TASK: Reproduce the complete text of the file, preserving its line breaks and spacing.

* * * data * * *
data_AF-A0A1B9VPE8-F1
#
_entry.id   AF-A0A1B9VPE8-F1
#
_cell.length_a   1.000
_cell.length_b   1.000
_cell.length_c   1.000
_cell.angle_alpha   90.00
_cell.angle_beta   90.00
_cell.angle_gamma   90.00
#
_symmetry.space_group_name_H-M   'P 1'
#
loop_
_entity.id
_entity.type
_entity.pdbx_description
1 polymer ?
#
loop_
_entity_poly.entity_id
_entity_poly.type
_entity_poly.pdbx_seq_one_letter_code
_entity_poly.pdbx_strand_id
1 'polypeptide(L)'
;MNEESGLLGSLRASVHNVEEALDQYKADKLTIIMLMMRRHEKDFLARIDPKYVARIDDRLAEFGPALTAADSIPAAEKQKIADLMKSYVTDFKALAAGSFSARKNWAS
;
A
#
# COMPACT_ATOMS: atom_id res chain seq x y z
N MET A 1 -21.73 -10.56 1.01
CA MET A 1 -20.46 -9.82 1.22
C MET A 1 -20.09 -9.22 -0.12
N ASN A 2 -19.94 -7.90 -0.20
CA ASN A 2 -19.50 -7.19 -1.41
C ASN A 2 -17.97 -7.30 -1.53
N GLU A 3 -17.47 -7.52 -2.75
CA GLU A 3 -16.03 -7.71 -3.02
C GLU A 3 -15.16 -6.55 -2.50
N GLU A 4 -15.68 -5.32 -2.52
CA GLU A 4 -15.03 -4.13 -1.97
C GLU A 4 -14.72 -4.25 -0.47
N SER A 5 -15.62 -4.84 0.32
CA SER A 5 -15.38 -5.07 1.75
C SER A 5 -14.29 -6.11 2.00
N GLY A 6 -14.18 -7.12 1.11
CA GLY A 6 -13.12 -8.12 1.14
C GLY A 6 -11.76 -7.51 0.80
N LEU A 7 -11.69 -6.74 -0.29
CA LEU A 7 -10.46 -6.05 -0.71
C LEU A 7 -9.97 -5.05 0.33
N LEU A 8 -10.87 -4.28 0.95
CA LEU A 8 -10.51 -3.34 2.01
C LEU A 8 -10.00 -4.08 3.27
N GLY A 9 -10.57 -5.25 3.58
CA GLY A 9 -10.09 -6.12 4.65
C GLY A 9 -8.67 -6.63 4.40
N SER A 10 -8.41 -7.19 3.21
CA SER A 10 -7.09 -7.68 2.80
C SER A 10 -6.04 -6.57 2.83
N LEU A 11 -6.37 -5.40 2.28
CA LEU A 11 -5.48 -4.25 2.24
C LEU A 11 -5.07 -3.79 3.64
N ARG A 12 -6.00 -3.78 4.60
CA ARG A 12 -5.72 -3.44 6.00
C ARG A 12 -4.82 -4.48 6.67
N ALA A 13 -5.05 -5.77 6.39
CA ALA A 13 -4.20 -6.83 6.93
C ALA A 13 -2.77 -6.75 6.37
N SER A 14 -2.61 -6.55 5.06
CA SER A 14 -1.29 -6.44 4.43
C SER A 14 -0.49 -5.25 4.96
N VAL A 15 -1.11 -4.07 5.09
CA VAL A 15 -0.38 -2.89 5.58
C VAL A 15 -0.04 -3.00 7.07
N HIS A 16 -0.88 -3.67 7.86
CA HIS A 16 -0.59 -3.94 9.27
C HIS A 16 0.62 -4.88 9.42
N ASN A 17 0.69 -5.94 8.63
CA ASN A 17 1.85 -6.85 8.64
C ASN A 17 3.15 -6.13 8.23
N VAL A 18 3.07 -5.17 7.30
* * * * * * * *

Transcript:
data_AF-A0A1B9VPE8-F1
#
_entry.id   AF-A0A1B9VPE8-F1
#
_cell.length_a   1.000
_cell.length_b   1.000
_cell.length_c   1.000
_cell.angle_alpha   90.00
_cell.angle_beta   90.00
_cell.angle_gamma   90.00
#
_symmetry.space_group_name_H-M   'P 1'
#
loop_
_entity.id
_entity.type
_entity.pdbx_description
1 polymer ?
#
loop_
_entity_poly.entity_id
_entity_poly.type
_entity_poly.pdbx_seq_one_letter_code
_entity_poly.pdbx_strand_id
1 'polypeptide(L)'
;MNEESGLLGSLRASVHNVEEALDQYKADKLTIIMLMMRRHEKDFLARIDPKYVARIDDRLAEFGPALTAADSIPAAEKQKIADLMKSYVTDFKALAAGSFSARKNWAS
;
A
#
# COMPACT_ATOMS: atom_id res chain seq x y z
N MET A 1 -21.73 -10.56 1.01
CA MET A 1 -20.46 -9.82 1.22
C MET A 1 -20.09 -9.22 -0.12
N ASN A 2 -19.94 -7.90 -0.20
CA ASN A 2 -19.50 -7.19 -1.41
C ASN A 2 -17.97 -7.30 -1.53
N GLU A 3 -17.47 -7.52 -2.75
CA GLU A 3 -16.03 -7.71 -3.02
C GLU A 3 -15.16 -6.55 -2.50
N GLU A 4 -15.68 -5.32 -2.52
CA GLU A 4 -15.03 -4.13 -1.97
C GLU A 4 -14.72 -4.25 -0.47
N SER A 5 -15.62 -4.84 0.32
CA SER A 5 -15.38 -5.07 1.75
C SER A 5 -14.29 -6.11 2.00
N GLY A 6 -14.18 -7.12 1.11
CA GLY A 6 -13.12 -8.12 1.14
C GLY A 6 -11.76 -7.51 0.80
N LEU A 7 -11.69 -6.74 -0.29
CA LEU A 7 -10.46 -6.05 -0.71
C LEU A 7 -9.97 -5.05 0.33
N LEU A 8 -10.87 -4.28 0.95
CA LEU A 8 -10.51 -3.34 2.01
C LEU A 8 -10.00 -4.08 3.27
N GLY A 9 -10.57 -5.25 3.58
CA GLY A 9 -10.09 -6.12 4.65
C GLY A 9 -8.67 -6.63 4.40
N SER A 10 -8.41 -7.19 3.21
CA SER A 10 -7.09 -7.68 2.80
C SER A 10 -6.04 -6.57 2.83
N LEU A 11 -6.37 -5.40 2.28
CA LEU A 11 -5.48 -4.25 2.24
C LEU A 11 -5.07 -3.79 3.64
N ARG A 12 -6.00 -3.78 4.60
CA ARG A 12 -5.72 -3.44 6.00
C ARG A 12 -4.82 -4.48 6.67
N ALA A 13 -5.05 -5.77 6.39
CA ALA A 13 -4.20 -6.83 6.93
C ALA A 13 -2.77 -6.75 6.37
N SER A 14 -2.61 -6.55 5.06
CA SER A 14 -1.29 -6.44 4.43
C SER A 14 -0.49 -5.25 4.96
N VAL A 15 -1.11 -4.07 5.09
CA VAL A 15 -0.38 -2.89 5.58
C VAL A 15 -0.04 -3.00 7.07
N HIS A 16 -0.88 -3.67 7.86
CA HIS A 16 -0.59 -3.94 9.27
C HIS A 16 0.62 -4.88 9.42
N ASN A 17 0.69 -5.94 8.63
CA ASN A 17 1.85 -6.85 8.64
C ASN A 17 3.15 -6.13 8.23
N VAL A 18 3.07 -5.17 7.30